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Windows 7: can anyone fill me in on the Raspberry Pi?

26 May 2013   #1

Windows 7 Home Premium x64
 
 
can anyone fill me in on the Raspberry Pi?

I was browsing eBay for some clear plastic boxes and saw a case for something called the Raspberry Pi and got curious. I found out it's supposed to be a mini Linux PC that's little more than a circuit board, some input and output slots and an SD card slot that runs off the SD card, and they're rather cheap.

My question is... are they functional enough to be worth $40 or so? I'm aware a computer with very limited RAM and using SD for a hard drive probably isn't going to replace my current PC at all, and won't be a gaming machine much with low RAM and Linux(I've heard it can run Minecraft, although with low onboard RAM and probably a basic graphics chip I doubt it'll run it well given how poorly it runs on my PC) but if I wanted, say, a backup computer that could go online and such if my main PC were no longer usable, would it be worth the cost for it, or would that money better go to something like a Windows tablet? I'll admit I'm 100% unfamiliar with Linux so I don't know how it compares to Windows in function or feel.

I've watched some Youtube videos, checked the official site but I want to know from people who may have actually used them if they're worth buying. I don't like throwing money around blind even if it's just $40.

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26 May 2013   #2

Microsoft Community Contributor Award Recipient

Windows 7 Home Premium x64 SP1
 
 

I pinged a member who has one to see if he'll pop in when he's online. A Guy
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08 Aug 2013   #3

Windows 7 Professional 64-bit SP1
 
 

Sorry about the delay in replying. The Pi is a fun machine, but a powerful one at its price - it has better specs than a Packard-Bell tower I bought 15 years ago for £1500. Beware, though, by the time you've added a keyboard, mouse, wireless dongle, sound device and possibly a dedicated monitor, the total cost increases. I've rigged mine to an existing monitor using an hdmi to dvi converter and the total cost is around an additional £120.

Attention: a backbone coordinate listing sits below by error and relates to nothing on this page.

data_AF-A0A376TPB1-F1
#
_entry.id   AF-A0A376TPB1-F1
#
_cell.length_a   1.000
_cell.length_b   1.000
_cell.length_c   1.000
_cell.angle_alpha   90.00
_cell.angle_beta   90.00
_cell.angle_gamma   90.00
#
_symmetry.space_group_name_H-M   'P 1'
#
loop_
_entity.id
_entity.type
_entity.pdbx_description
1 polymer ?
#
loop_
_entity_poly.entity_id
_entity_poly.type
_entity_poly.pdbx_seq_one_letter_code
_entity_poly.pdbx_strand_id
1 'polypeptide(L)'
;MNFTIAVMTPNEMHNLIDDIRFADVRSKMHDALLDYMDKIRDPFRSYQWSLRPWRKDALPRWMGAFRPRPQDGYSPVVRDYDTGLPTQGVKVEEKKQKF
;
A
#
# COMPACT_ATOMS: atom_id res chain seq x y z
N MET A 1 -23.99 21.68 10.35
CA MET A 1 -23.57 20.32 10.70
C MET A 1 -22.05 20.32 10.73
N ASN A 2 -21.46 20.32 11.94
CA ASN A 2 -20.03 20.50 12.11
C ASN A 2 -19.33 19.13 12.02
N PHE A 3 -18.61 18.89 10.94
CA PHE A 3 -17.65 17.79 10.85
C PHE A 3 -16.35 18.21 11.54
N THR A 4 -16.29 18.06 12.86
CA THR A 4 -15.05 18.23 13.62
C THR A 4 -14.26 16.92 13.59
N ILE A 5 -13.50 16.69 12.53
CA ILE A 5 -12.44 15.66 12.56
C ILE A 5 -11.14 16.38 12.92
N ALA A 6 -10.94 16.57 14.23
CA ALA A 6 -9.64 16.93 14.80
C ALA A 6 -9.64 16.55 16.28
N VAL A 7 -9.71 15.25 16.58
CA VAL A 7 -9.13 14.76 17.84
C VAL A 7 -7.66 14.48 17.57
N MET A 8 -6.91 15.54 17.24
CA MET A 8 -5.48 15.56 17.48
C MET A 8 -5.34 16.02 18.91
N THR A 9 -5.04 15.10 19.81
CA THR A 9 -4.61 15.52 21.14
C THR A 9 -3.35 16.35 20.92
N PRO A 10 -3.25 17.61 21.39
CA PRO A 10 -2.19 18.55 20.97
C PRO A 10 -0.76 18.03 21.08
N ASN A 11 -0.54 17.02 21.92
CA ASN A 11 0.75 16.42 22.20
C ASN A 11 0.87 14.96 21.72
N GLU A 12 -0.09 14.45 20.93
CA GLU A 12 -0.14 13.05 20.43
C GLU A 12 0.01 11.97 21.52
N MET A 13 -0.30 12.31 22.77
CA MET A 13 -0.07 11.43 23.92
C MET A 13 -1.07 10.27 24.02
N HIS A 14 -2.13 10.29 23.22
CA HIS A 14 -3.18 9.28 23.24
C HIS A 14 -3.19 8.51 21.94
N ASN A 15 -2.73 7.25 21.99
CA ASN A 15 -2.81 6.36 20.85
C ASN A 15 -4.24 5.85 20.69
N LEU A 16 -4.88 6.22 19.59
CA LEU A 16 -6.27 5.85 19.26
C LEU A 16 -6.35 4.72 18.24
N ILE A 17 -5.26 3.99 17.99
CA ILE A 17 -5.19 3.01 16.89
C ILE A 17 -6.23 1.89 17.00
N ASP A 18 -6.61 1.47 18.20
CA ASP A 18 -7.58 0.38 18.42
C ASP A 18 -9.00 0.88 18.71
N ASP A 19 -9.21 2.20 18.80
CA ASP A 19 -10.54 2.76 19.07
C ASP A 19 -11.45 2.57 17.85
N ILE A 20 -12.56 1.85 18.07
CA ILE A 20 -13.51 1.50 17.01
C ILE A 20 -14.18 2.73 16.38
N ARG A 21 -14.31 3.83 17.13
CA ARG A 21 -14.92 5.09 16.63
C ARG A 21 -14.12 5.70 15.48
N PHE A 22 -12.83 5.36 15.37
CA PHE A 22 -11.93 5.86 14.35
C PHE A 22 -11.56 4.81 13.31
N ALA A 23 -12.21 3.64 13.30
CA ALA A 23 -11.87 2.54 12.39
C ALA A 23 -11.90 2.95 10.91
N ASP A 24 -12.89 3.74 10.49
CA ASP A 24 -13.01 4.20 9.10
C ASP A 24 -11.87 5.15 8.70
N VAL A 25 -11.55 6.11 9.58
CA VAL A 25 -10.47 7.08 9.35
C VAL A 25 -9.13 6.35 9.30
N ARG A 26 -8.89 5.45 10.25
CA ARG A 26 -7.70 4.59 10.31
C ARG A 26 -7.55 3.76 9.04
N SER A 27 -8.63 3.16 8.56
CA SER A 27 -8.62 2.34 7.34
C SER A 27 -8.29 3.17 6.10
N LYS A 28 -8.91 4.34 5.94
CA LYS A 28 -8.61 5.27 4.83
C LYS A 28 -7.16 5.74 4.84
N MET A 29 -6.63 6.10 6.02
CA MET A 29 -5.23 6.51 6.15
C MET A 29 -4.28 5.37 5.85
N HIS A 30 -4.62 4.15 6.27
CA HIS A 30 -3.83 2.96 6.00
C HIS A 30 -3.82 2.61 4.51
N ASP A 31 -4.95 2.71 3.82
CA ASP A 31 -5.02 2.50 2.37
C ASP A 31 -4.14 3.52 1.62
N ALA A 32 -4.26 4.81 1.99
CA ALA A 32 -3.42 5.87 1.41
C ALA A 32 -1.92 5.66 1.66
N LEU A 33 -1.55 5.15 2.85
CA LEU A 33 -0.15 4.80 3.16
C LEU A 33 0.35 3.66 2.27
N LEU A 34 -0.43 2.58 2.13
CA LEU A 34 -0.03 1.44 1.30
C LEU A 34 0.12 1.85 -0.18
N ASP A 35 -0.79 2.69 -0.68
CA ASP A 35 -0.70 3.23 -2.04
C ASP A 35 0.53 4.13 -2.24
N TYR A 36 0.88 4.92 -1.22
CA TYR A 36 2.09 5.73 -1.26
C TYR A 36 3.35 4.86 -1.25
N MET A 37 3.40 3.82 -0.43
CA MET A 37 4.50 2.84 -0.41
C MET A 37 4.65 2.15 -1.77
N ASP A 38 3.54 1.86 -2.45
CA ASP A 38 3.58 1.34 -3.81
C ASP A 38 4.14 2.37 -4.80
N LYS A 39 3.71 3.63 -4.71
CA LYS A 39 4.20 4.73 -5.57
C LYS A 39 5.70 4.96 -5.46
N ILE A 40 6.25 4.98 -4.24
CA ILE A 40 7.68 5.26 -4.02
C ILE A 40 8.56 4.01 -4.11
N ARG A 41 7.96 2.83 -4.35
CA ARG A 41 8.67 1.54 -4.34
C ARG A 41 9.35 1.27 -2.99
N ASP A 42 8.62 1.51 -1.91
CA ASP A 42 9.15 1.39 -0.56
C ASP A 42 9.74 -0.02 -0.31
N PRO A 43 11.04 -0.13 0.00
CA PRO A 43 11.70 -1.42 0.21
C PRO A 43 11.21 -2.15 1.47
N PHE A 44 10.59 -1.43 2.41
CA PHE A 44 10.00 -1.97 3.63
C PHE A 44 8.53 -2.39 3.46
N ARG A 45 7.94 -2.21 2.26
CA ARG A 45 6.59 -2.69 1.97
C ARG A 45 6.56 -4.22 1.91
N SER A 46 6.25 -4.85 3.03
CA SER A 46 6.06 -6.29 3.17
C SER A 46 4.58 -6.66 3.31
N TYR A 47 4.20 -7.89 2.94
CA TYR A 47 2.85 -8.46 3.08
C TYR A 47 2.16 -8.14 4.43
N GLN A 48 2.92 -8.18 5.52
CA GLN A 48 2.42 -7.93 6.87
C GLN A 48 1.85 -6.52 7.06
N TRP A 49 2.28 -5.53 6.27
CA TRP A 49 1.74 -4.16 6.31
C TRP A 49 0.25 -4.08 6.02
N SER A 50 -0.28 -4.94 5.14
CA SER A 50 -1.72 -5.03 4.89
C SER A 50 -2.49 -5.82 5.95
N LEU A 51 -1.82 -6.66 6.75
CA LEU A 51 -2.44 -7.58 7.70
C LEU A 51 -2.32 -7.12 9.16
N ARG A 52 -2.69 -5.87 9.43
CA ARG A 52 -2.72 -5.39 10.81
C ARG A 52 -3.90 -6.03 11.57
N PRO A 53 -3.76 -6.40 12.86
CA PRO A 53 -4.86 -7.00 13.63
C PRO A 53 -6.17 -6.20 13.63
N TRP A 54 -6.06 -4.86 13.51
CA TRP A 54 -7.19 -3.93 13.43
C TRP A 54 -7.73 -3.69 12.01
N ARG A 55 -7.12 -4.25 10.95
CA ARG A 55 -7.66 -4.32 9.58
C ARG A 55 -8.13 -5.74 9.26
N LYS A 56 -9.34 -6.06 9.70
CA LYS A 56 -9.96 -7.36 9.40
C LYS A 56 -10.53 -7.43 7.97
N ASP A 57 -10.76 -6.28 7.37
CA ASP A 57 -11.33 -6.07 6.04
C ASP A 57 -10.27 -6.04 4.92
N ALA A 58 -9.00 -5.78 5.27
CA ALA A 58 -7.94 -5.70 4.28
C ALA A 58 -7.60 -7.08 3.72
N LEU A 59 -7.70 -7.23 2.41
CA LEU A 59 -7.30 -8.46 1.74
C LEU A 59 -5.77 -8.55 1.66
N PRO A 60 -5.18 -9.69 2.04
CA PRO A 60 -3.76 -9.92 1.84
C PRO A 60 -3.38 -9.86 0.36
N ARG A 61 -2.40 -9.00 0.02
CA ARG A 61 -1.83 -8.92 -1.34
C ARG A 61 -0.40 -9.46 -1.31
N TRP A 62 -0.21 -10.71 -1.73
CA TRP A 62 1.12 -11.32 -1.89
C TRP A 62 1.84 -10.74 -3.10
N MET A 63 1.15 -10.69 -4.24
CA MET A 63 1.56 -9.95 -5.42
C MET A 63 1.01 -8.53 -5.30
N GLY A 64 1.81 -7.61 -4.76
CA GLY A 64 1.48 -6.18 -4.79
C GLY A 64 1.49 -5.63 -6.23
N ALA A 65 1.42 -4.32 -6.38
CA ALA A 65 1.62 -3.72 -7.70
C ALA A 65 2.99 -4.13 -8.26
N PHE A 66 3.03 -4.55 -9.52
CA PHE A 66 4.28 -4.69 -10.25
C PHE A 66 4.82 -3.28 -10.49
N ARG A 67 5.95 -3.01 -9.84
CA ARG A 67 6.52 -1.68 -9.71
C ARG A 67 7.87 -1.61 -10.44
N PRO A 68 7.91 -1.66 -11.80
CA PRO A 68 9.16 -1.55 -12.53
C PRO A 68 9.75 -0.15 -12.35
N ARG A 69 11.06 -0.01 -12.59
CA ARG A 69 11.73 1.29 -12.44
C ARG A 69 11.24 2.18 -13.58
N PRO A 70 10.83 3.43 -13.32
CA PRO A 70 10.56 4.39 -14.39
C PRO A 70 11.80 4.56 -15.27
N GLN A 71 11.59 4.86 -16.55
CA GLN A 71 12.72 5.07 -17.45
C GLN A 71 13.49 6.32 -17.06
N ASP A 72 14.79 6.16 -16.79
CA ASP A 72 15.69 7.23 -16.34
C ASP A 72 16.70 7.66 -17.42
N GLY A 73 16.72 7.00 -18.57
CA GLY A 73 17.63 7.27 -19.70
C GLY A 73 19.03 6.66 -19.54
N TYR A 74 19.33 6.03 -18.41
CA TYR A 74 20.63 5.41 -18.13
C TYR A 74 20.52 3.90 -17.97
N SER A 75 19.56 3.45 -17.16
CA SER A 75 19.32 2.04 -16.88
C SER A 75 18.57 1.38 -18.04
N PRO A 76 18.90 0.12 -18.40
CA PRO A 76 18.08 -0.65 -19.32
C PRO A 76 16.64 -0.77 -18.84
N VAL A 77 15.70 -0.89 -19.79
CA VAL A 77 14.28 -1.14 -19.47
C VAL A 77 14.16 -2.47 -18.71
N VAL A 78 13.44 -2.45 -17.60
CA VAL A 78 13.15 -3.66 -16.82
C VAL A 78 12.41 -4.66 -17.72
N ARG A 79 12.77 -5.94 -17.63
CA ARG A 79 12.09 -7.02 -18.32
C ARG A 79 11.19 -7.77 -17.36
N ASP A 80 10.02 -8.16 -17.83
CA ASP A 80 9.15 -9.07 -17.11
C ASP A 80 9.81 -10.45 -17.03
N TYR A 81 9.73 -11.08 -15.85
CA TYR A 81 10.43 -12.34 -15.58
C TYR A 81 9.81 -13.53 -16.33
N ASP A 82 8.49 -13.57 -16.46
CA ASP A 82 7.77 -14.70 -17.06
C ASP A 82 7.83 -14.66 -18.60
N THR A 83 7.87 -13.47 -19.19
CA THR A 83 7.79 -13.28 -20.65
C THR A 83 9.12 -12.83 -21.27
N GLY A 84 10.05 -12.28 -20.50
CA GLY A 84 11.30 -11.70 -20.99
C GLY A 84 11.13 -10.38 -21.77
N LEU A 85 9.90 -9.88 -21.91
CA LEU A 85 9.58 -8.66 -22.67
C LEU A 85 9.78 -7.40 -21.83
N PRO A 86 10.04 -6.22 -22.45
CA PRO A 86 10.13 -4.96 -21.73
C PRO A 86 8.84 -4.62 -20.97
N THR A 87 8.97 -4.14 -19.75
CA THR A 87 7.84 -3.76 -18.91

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08 Aug 2013   #4

Win 7 Ultimate 64 bit
 
 

A recent issue of Maximum PC magazine's print version had a couple of detailed articles on setting up and using the Pi.
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08 Aug 2013   #5

Win 7 Ultimate 64 bit
 
 

Just saw this article on the Pi. The site the article is on has had other articles about the Pi.
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08 Aug 2013   #6
whs

Microsoft Community Contributor Award Recipient

Vista, Windows7, Mint Mate, Zorin, Windows 8
 
 

Here is a whole series of articles about Raspberry Pie:

Search Results
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09 Aug 2013   #7

Windows 7 Professional
 
 

Now I want one.
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10 Aug 2013   #8

Windows 7 Home Premium x64
 
 

I got mine back in June- set it up with XBMC as I don't have satellite TV. I also keep a second SD card loaded with Raspbian in case I need the desktop OS. My total cost was about $100 for the board, case, couple of SD cards, power cord, HDMI cable, remote and IR sensor, etc.

There are more powerful boards out and coming out, such as the Cubieboard, but they lack the software dev community to make them worthwhile yet. That better CPU and GPU won't mean anything without the software to make it worth using. Give it maybe 2 years though and we might see a flood of worthwhile competitors.
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20 Aug 2013   #9

Win8/8.1,Win7-U64, Vista U64, uncounted Linux distor's
 
 

I've been eating Pi since last fall. I have three of them now, about a $100us to set up with wifi, mouse, key board, sd card and psu. Amazing little machines. I use one for still motion camera work, one is a media center with XBMC, the third is just to play with and learn more about Linux. It has inspired me to install three Linux distro's on my lap top.

Linux gui's are not as polished as MS stuff, but they do look good, have tons of FREE software and run fast on PC's
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22 Aug 2013   #10

Windows 7 Professional 64-bit SP1
 
 

I love my Pi. Even for an old bugger like me, I'm learning something new every day. I'm considering hooking the little baby up to the big TV as an alternative media centre with XBMC. Far more importantly, this device could be introduced to the "third world" as an important training aid to future generations; an HDMI to SVG converter only costs a few dollars so old monitors could be commissioned.
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 can anyone fill me in on the Raspberry Pi?





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